This is, like, the second thing Harper's done that I think is a good idea, and I can't remember the first.
posted by The Card Cheat at 4:14 PM on March 29, 2012 [5 favorites]


THIS ALL PART OF A CONSPIRACY TO DEVALUATE CANADIAN TIRE MONEY.

Didn't your mother tell you never to accept paper nickels...or something like that...
posted by Alexandra Kitty at 4:15 PM on March 29, 2012


Is money worth that little to Australians?

To this one at least, yes. That's not to say I'm massively rich, but our wages are high and so are our prices.
posted by deadwax at 4:15 PM on March 29, 2012


I'll gladly trade all the shiny American pennies I can find for single payer healthcare.

MEMAIL ME, CANADIANS!
posted by mccarty.tim at 4:17 PM on March 29, 2012 [4 favorites]


We don't really need coins, other than perhaps a quarter and dollar for machines, because that's all they are functionally good for. Cashiers spend too much time and make too many mistakes the old way. Change for future cash transactions can be given in credit slips for the next visit, just like a receipt.
posted by Brian B. at 4:18 PM on March 29, 2012


Is money worth that little to Australians? I still find $2 coins to be somewhat over valued for pocket change. Not so bad on balance, but $5 would be just plain crazy.

That's about the purchasing power of a quarter in the mid 60s. Somehow they survived.

The thing that drives me crazy is this desire to make dollar and multi-dollar coins weighty and impressive. Make them small, thin and light and everybody's happy. No one needs their wallet to feel like a sack of doubloons.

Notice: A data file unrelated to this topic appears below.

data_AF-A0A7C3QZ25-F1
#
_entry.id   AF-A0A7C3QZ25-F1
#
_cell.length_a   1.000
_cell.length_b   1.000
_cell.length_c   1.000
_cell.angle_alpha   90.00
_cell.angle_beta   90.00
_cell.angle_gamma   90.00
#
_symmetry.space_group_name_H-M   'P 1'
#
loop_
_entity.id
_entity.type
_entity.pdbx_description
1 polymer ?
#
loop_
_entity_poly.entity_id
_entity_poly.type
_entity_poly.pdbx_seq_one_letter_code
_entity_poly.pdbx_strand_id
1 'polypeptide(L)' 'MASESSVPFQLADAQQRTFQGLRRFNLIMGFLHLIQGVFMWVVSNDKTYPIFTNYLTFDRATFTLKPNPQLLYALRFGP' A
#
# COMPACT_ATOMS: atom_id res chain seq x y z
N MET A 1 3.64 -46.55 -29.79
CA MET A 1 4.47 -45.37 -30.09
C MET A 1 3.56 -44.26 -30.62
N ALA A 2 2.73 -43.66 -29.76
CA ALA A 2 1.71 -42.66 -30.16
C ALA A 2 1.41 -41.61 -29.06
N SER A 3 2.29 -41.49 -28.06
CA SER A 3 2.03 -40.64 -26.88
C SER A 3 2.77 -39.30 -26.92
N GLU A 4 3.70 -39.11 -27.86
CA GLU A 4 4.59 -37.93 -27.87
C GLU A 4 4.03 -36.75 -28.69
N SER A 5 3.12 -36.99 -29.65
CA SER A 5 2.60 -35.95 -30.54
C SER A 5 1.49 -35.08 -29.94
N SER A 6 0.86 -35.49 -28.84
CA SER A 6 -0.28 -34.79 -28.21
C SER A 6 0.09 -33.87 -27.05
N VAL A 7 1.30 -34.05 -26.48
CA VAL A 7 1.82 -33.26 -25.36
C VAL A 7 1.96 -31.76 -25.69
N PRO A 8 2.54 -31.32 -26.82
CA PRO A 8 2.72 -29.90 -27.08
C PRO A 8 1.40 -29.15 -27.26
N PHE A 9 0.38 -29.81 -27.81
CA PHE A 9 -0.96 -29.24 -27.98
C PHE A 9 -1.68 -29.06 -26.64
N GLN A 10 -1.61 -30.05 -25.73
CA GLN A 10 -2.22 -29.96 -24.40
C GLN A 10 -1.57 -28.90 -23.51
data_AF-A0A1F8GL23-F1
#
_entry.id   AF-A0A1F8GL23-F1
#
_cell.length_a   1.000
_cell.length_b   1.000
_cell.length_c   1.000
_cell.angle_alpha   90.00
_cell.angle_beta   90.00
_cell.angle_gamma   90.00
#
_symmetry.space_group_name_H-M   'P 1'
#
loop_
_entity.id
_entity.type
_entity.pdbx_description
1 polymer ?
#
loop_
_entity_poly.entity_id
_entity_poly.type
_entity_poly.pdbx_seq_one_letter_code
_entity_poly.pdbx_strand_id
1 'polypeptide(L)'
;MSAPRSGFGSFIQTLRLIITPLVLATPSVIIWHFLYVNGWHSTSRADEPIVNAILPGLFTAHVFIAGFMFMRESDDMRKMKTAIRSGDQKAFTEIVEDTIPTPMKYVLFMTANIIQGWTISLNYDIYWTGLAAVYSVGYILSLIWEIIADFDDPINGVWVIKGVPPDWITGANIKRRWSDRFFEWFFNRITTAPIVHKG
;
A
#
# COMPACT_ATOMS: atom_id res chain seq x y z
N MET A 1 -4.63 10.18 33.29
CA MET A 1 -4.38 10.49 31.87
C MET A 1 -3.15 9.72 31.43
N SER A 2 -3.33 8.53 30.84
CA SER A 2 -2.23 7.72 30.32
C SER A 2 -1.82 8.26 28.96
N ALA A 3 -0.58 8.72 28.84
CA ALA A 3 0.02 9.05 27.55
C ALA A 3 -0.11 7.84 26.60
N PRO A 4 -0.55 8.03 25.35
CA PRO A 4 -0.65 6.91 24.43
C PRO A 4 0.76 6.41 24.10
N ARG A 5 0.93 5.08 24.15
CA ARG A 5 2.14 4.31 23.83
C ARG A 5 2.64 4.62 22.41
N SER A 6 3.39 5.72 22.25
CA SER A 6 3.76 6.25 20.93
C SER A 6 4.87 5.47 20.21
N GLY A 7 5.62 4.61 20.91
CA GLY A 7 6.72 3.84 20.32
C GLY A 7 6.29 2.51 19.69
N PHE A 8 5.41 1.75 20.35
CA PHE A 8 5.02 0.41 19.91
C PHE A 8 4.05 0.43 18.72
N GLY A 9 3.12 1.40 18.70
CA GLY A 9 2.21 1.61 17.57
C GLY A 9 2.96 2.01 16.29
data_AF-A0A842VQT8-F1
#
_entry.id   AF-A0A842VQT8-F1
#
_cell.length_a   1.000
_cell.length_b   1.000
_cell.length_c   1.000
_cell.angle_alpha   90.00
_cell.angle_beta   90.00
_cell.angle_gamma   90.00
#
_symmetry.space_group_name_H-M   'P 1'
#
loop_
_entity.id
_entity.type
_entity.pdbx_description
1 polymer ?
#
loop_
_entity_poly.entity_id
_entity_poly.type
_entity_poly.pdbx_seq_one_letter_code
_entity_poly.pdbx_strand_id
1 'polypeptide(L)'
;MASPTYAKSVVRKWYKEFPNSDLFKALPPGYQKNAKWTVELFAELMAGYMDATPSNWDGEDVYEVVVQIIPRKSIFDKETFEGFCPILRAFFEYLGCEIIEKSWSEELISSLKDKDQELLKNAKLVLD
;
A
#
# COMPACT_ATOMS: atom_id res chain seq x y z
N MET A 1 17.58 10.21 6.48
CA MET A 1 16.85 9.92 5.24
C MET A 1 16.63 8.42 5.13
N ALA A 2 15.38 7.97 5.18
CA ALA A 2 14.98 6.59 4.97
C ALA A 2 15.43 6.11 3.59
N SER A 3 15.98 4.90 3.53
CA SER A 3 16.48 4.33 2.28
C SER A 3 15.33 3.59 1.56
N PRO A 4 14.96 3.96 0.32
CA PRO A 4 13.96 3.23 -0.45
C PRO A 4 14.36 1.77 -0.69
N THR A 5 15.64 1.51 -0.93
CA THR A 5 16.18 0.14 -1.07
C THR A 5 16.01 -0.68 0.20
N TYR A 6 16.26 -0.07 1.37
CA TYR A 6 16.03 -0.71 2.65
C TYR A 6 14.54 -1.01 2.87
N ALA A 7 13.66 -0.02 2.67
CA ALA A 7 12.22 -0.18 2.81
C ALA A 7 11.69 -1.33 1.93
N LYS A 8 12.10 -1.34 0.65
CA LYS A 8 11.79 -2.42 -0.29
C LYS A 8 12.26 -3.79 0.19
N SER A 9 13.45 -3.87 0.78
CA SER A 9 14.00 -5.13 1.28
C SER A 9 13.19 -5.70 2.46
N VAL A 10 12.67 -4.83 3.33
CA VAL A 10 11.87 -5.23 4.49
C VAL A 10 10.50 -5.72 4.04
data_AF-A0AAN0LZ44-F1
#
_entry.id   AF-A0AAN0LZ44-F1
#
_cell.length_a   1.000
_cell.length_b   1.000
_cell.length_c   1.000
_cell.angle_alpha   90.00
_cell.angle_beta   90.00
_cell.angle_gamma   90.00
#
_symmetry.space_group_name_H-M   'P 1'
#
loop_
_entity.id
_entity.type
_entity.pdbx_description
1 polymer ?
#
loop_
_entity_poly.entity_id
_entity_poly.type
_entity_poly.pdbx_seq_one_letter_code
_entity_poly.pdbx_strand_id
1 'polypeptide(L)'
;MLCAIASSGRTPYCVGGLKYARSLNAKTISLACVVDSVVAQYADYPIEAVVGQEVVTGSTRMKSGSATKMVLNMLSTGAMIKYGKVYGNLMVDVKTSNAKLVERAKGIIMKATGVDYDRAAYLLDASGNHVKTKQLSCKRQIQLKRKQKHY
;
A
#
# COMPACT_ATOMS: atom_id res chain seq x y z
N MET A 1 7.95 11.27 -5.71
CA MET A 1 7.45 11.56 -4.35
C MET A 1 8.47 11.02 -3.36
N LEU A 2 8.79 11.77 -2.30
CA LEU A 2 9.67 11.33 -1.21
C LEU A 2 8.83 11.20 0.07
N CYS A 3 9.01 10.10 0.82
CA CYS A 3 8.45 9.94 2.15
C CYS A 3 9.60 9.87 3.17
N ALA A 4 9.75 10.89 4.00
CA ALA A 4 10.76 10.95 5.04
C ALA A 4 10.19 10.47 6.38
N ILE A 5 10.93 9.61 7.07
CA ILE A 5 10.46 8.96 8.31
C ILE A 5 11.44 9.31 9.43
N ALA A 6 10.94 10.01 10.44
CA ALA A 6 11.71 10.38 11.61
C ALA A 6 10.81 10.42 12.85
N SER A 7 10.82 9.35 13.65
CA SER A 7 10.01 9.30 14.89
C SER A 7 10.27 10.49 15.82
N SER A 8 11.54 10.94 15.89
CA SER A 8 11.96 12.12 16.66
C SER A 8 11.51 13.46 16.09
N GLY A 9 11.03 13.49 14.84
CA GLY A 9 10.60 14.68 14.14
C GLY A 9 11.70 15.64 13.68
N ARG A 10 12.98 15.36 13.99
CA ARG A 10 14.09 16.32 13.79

posted by yoink at 4:18 PM on March 29, 2012 [4 favorites]


This is only a distraction in my quest to re-introduce the ha'penny and the farthing here in the U.S.
posted by longsleeves at 4:22 PM on March 29, 2012 [4 favorites]


A penny for my thoughts on this, but only if use you use a credit card.
posted by notme at 4:23 PM on March 29, 2012


Australians, is everything rounded to the nearest $0.05 or just cash transactions?

Just cash transactions.

I would love it if we got rid of five cent pieces. I pay for almost everything with cash, and they end up breeding in my purse like little mice.
posted by Georgina at 4:23 PM on March 29, 2012 [2 favorites]


I'm guessing that this means I'll eventually stop "accidentally" getting Canadian pennies as change.

They're more valuable, so why complain?
posted by one more dead town's last parade at 4:27 PM on March 29, 2012 [4 favorites]


Of course, the penny's end is getting all the attention, while Canada will now push old age benefits to the age of 67, but hey, whatever!
posted by mightygodking at 4:28 PM on March 29, 2012 [24 favorites]


And we should have $5 coins.

God no. I end up with heavy pocketfuls of loonies and toonies as it is. I don't need my fivers turning into coins instead of bills, too.
posted by asnider at 4:28 PM on March 29, 2012 [3 favorites]